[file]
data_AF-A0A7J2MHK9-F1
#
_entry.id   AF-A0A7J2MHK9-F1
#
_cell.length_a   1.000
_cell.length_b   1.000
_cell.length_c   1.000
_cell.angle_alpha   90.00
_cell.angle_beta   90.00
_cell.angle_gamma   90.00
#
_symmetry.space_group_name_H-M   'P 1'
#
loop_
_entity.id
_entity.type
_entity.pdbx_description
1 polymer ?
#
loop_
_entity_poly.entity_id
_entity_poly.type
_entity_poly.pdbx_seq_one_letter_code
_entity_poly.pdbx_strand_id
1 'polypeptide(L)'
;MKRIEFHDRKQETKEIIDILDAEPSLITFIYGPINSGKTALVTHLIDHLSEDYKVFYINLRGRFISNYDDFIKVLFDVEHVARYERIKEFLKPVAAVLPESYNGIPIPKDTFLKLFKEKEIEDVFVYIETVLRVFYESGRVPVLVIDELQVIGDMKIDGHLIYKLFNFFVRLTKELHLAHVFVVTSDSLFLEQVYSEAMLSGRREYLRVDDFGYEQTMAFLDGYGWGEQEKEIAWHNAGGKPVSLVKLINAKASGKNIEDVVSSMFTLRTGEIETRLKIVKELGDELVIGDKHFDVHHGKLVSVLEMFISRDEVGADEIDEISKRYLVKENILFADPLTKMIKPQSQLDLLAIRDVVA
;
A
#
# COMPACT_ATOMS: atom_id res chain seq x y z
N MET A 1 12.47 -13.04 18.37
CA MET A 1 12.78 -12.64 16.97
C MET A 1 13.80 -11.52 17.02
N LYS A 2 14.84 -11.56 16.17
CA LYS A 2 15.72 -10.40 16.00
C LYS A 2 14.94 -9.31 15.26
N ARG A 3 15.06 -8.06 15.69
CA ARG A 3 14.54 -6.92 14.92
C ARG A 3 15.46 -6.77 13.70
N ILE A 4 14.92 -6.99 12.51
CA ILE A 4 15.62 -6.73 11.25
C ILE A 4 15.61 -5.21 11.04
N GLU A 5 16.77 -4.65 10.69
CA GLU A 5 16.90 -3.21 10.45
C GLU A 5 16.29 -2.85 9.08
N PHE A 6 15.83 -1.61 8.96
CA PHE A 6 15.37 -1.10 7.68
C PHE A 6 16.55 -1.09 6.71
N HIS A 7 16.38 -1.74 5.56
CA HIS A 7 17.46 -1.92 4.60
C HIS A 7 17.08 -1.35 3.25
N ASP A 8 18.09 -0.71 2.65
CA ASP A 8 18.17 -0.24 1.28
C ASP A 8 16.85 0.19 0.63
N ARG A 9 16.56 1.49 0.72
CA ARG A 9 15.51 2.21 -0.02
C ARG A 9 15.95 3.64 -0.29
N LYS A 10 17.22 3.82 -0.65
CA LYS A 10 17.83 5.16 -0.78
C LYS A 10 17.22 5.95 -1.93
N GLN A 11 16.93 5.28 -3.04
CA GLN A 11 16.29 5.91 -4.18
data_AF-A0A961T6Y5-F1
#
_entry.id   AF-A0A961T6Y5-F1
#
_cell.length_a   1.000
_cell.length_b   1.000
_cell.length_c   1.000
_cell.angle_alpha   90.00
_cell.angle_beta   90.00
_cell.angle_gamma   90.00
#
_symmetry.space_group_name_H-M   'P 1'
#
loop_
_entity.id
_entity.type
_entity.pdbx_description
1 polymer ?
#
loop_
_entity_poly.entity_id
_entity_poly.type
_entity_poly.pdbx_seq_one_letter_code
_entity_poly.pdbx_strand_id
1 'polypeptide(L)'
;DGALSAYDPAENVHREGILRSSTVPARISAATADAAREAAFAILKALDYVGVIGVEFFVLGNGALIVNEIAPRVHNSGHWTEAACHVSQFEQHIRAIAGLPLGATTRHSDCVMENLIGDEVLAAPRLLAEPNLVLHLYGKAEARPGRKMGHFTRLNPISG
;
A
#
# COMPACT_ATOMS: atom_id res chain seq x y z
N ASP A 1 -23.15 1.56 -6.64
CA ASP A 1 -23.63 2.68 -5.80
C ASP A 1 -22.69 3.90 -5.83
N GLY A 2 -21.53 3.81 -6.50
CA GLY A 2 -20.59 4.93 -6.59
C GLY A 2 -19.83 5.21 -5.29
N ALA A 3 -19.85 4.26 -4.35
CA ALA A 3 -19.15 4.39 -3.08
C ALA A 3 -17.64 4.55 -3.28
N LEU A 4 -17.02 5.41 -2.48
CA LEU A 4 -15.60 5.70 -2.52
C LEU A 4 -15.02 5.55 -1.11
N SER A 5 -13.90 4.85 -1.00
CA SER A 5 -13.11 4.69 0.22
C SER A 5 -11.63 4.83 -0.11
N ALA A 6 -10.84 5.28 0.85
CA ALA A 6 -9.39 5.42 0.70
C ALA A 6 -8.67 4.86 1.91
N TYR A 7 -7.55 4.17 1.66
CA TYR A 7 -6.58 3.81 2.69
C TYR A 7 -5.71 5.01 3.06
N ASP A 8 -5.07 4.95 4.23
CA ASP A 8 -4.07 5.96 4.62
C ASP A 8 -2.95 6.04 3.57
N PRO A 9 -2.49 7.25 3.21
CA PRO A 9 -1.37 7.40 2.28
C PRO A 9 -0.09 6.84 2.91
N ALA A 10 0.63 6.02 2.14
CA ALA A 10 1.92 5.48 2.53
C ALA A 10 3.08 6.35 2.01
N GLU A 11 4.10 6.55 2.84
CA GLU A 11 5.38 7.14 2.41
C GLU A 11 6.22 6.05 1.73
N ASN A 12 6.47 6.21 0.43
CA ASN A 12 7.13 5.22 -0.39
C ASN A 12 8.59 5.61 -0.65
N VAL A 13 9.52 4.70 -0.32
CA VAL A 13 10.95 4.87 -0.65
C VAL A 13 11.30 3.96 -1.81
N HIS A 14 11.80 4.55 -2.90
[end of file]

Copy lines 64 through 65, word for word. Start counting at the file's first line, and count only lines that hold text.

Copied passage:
#
_entry.id   AF-A0A961T6Y5-F1